Tens of millions of Americans use inhalers each day. Many of them aren’t doing it right. That’s what new research from Baylor College of Medicine shows. Pulmonologists identified critical errors that are causing many inhaler users to get only about half as much medicine as they should from each puff.
The most common type of inhaler people with asthma or Chronic Obstructive Pulmonary Disease (COPD) use is known as a metered dose inhaler, or MDI. Research by a team at Baylor, including Dr. Nicola Hanania shows the device looks easy to use, but it is often not used correctly.
Dr. Hanania: There are at least nine steps in taking an inhaled medication through a metered dose inhaler. But what we have not done so far — until this study that we just published — we actually wanted to objectively measure how does the incorrect technique translate to the delivery of drug to the lung and what are the crucial steps that if they’re not done correctly will affect drugs being delivered to the airways?
How did you do the experiment?
We collaborated with electrical engineers at Rice University. With the technology they have and the sensors they can build, they built a model where they can measure whether the patient shook the inhaler, whether they held it upright, the timing of the actuation and the inhalation, etc. We did the study on 23 patients with asthma or COPD. Now, these patients have been using metered dose inhalers for many years, so you would think they are well experienced in using it. Well, our data shows that’s not the case. In fact, none of these patients had 100 percent correct technique when we just observed them.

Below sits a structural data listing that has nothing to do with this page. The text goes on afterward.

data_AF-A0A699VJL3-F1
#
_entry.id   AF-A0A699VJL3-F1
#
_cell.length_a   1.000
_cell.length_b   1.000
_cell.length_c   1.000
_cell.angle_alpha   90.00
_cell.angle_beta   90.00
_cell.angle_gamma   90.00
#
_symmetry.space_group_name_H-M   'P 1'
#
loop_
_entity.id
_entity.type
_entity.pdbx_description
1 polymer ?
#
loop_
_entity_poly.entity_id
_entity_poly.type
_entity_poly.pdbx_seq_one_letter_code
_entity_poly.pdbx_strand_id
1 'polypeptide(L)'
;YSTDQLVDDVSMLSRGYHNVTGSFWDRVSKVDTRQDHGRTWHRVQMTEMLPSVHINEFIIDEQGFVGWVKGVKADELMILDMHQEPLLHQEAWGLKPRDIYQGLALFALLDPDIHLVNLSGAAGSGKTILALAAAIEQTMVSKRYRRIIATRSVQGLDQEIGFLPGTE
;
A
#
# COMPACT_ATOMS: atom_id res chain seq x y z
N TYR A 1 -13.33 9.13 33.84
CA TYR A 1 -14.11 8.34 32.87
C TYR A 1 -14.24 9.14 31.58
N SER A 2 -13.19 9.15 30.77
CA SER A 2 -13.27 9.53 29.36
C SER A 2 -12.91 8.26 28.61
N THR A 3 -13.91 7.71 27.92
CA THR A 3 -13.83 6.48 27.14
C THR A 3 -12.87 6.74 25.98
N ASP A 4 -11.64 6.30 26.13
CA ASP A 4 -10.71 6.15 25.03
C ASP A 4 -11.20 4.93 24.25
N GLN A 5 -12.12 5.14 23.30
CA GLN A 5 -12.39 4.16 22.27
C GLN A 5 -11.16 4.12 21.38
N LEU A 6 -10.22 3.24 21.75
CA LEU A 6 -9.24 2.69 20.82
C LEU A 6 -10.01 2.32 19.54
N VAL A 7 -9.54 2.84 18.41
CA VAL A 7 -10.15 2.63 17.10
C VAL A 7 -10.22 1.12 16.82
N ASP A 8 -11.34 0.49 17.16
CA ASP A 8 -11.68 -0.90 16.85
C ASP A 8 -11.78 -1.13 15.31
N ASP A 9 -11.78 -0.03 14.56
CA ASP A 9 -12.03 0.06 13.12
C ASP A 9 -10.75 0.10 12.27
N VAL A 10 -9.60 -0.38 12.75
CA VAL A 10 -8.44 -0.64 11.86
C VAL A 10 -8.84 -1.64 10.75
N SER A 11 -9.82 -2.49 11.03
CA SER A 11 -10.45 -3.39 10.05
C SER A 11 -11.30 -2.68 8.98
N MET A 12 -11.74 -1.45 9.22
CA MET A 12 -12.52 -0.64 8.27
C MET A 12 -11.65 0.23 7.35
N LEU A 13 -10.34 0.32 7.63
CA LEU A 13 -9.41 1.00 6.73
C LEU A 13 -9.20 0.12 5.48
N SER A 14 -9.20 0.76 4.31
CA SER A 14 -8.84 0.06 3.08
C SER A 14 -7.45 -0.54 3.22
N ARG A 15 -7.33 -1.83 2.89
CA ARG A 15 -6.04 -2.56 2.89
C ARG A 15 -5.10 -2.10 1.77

Everyone made at least one mistake.
Correct, and the MDI, even though it looks simple to use, if it’s not done correctly it will translate to wasted drug but also obviously, not getting the benefit of the drug that we want to deliver.
What kind of errors were patients making?
Some of the errors are crucial. Shaking an inhaler may be important but it is not as crucial as the timing of the inhalation. Many patients push on the inhaler, and then they start breathing in. We showed that was one of the major findings of our study; that was the most crucial step that affected the lung. So what we found is the ones who did the best are those who started inhaling, and then within one or two seconds pushed on the inhaler. That is the correct technique and that’s what we advise our patients to do.
You recommend patients bring in their inhalers to doctors appointments to review how to use the devices. What else could help people use these correctly?
In this era where we have innovation, we also have innovation in delivery systems. There are other, new inhalation devices that may take some of these steps away from the patient. Meaning they can help as the patient is using the device as in giving them step-by-step instructions using whatever smart phone they have. So, there are hopes that we will be finding easier way to deliver drugs to the lung. But in the meantime, I think the most important thing is education. It’s a team work, it should not be focused on physicians [alone] to educate the patients on using the devices.
This interview has been edited for brevity and clarity.